I randomly came across this TED talk video while re watching the TED talk video about kids needing more play in there life. This TED talk struck me immediately because of the title “How school makes kids less intelligent?” In the Ted Talk there was a very young high school kid by name of Eddy Zhong. He claims himself to be a straight C student and the only Asian boy in the world that cannot understand math. He tells a secret about school making kids less intelligent and how he was able to start a business company that more successful than Harvard and Stanford business graduates despite being a mediocre student. He describes how he able to win business competitions and tried to setup a presentation at his school for his model company. However, the high schoolers at his school only dissed him and called him out, but when he did the same presentation at an elementary school, everyone was impressed and wanted to buy the prototype product. Zhong then goes to claim that education development has sucked the creativity of kids and in turn they become less intelligent over time.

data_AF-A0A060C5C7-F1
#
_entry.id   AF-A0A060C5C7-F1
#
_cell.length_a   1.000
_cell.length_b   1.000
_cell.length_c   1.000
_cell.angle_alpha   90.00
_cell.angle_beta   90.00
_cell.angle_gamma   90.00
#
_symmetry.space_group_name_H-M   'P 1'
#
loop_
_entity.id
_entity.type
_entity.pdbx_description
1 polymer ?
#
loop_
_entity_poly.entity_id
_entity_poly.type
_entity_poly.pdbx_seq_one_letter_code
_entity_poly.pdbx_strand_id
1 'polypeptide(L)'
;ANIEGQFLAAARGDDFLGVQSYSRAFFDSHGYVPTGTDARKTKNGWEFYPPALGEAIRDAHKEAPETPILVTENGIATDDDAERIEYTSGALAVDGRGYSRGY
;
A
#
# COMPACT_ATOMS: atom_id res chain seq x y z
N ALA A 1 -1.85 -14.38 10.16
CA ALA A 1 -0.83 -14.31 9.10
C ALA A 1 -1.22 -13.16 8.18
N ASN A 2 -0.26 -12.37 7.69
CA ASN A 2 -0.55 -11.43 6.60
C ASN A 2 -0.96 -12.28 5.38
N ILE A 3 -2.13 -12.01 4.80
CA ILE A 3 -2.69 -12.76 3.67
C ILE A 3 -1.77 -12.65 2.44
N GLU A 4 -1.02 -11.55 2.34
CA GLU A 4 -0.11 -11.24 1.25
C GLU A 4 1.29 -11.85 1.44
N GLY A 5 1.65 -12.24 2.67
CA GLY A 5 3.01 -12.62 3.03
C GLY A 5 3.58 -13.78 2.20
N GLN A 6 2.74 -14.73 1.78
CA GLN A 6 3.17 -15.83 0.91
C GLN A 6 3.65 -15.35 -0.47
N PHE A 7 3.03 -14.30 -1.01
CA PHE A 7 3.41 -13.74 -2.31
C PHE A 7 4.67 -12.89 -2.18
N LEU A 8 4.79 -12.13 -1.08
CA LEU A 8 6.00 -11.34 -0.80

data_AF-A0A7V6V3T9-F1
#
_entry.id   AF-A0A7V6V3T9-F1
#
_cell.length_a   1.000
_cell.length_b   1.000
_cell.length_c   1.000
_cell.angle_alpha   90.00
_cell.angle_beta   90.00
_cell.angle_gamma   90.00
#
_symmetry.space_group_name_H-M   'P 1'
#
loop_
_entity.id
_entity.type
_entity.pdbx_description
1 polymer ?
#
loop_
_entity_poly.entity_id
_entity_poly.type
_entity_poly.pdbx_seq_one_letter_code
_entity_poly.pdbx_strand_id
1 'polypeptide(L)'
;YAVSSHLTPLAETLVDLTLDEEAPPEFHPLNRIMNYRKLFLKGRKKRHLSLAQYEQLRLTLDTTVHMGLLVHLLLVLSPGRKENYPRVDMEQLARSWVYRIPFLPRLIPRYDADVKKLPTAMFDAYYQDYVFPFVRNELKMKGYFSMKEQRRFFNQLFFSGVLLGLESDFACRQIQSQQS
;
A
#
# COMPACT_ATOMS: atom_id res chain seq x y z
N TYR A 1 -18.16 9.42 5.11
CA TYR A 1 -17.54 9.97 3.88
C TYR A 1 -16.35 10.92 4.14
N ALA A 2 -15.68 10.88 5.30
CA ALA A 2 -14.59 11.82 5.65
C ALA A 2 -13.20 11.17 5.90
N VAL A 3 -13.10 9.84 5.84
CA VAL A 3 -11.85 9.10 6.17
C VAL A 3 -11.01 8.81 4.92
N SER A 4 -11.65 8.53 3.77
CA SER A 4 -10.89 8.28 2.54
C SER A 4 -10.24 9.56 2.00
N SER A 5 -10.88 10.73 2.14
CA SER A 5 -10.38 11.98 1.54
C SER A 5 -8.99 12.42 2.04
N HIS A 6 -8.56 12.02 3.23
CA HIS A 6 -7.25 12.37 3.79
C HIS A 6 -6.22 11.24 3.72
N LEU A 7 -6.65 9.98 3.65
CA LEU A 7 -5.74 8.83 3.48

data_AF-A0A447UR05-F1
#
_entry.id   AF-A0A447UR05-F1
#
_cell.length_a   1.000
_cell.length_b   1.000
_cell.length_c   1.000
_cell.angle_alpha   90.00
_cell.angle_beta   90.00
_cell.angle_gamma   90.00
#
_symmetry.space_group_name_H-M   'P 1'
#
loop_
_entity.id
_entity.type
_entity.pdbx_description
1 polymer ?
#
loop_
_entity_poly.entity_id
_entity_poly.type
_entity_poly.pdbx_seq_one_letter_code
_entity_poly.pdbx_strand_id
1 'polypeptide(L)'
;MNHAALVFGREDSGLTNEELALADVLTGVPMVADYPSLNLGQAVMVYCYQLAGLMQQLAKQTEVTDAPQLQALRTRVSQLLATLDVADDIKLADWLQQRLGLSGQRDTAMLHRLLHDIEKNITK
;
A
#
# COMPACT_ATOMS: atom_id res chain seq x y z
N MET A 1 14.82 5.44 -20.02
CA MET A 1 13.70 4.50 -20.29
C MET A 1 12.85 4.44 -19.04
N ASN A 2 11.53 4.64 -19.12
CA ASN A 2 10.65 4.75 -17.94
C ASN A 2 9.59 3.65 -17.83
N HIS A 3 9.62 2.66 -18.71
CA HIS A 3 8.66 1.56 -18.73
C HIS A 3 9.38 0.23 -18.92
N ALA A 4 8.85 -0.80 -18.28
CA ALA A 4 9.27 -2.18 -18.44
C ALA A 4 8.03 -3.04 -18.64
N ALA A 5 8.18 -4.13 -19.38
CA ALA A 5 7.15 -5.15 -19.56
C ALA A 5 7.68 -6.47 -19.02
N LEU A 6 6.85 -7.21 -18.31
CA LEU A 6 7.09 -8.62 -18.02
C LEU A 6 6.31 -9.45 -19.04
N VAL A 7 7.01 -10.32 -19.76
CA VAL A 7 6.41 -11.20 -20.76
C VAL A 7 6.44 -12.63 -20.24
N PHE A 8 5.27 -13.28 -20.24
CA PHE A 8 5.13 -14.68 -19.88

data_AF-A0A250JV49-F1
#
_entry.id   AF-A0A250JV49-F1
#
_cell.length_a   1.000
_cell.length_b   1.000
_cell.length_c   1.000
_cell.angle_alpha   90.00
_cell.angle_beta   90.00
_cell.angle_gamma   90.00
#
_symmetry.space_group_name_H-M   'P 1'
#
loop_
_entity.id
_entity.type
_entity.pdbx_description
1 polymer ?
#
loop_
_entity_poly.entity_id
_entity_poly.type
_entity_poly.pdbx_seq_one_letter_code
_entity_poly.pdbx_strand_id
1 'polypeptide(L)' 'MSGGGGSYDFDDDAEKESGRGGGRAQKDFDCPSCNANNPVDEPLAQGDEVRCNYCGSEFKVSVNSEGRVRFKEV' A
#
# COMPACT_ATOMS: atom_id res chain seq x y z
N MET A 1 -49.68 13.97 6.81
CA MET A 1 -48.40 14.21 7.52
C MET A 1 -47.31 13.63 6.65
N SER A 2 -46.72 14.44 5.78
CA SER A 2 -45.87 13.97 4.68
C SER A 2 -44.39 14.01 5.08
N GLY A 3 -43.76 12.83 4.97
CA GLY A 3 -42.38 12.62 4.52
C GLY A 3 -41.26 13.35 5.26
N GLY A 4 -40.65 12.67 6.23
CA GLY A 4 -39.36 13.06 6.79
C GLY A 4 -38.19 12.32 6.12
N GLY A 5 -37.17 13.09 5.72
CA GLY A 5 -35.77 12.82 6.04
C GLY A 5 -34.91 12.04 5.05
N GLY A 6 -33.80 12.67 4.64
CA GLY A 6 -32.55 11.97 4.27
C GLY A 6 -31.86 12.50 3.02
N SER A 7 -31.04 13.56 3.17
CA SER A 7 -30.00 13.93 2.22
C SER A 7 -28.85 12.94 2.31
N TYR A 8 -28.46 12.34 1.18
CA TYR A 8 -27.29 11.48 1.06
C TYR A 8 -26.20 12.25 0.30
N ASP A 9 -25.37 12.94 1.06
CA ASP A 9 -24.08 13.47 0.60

I can agree with Zhong on his points and anecdotes. For example, when he described the incident at his school where his classmates called him a Mark Zuckerberg wannabe and just straight up mocked them. That is true of high schoolers nowadays where they care about how they act or look rather than what they think and do. Teenagers are scared of being a band wagoner, copycat, edgy, or a wannabe that they become uninnovative or extremely protective of themselves. However, younger kids such as the elementary school kids that Zhong presented his company were very open and interested in the invention and company itself. This demonstrates that kids at a younger are more open and less scared of the risks and the criticisms that might occur. Students are willing to do things that have proven to work rather than to prove something that’s unproven. The typical student just goes to school, get good grades, go to college, and get a good job. However, Zhong proves that stereotypical notion wrong by stating that he has his own company at age 16 featured on the Wall Street Journal while students from prestigious schools can’t even get a footing on their businesses. So, in theory the American educational system doesn’t promote creativity or intelligence, but it rather promotes a system that kids should follow. However, “should” is the key word as students just accept “should” as “always follow” which leads to the lack of skills that students retain or develop by just following the system.